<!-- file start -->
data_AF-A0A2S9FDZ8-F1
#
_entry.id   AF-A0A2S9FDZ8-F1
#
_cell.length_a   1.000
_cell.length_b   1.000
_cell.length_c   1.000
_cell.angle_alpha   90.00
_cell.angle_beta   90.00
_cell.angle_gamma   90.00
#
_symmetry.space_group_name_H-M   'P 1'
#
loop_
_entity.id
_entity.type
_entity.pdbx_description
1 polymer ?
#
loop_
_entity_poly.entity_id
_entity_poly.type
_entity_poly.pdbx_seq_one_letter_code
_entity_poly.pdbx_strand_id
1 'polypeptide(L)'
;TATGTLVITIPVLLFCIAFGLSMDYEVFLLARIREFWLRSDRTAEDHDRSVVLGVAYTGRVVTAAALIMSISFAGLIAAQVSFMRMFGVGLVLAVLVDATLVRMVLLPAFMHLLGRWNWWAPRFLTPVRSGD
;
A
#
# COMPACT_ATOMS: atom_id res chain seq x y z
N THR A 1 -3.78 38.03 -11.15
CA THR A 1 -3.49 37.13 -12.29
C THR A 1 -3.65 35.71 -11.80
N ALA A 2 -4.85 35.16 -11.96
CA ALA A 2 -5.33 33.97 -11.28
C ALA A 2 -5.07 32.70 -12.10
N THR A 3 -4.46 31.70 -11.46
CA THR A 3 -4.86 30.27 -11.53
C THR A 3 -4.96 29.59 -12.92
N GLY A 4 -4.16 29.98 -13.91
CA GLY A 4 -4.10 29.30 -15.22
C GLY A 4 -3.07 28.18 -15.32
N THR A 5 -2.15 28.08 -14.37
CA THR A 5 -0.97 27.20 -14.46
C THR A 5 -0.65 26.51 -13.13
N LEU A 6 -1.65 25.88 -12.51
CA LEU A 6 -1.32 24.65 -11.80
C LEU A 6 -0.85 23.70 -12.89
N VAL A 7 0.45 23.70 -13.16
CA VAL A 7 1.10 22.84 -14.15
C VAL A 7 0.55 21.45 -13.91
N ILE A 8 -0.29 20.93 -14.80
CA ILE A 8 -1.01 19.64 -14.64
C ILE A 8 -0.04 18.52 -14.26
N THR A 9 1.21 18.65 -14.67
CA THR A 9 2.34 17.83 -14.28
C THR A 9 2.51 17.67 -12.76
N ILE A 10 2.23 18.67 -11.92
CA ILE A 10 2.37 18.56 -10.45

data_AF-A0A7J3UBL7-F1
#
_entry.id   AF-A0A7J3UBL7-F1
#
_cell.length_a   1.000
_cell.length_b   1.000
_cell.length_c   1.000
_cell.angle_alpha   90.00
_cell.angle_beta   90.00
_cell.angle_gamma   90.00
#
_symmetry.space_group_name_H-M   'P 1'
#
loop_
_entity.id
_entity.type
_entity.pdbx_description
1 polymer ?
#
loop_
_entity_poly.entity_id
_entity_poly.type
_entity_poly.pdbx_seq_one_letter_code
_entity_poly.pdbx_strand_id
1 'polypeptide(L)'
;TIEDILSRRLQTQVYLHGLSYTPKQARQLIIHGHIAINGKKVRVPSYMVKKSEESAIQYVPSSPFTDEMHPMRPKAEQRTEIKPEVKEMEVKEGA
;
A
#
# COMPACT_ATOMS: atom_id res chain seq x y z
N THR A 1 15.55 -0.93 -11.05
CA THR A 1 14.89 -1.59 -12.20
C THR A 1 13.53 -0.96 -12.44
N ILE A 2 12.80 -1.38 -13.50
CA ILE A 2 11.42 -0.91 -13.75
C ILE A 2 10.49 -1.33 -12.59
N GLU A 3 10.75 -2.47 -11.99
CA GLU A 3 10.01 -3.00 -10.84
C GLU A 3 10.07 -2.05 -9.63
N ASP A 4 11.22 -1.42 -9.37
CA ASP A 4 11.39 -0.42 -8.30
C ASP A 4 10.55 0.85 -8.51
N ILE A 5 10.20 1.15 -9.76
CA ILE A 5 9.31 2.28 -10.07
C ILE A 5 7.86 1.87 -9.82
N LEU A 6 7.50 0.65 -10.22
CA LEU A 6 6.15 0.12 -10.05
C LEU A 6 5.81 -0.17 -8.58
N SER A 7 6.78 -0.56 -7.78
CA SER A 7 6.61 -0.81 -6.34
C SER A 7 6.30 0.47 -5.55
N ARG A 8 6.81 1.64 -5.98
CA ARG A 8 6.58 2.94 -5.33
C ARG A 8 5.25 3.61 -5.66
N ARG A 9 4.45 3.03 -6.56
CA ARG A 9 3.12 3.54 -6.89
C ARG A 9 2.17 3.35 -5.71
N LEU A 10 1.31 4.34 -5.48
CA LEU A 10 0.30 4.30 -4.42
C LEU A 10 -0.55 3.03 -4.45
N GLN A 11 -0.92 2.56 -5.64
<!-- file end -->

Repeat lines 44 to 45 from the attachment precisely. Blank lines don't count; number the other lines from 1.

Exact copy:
CA THR A 5 -0.97 27.20 -14.46
C THR A 5 -0.65 26.51 -13.13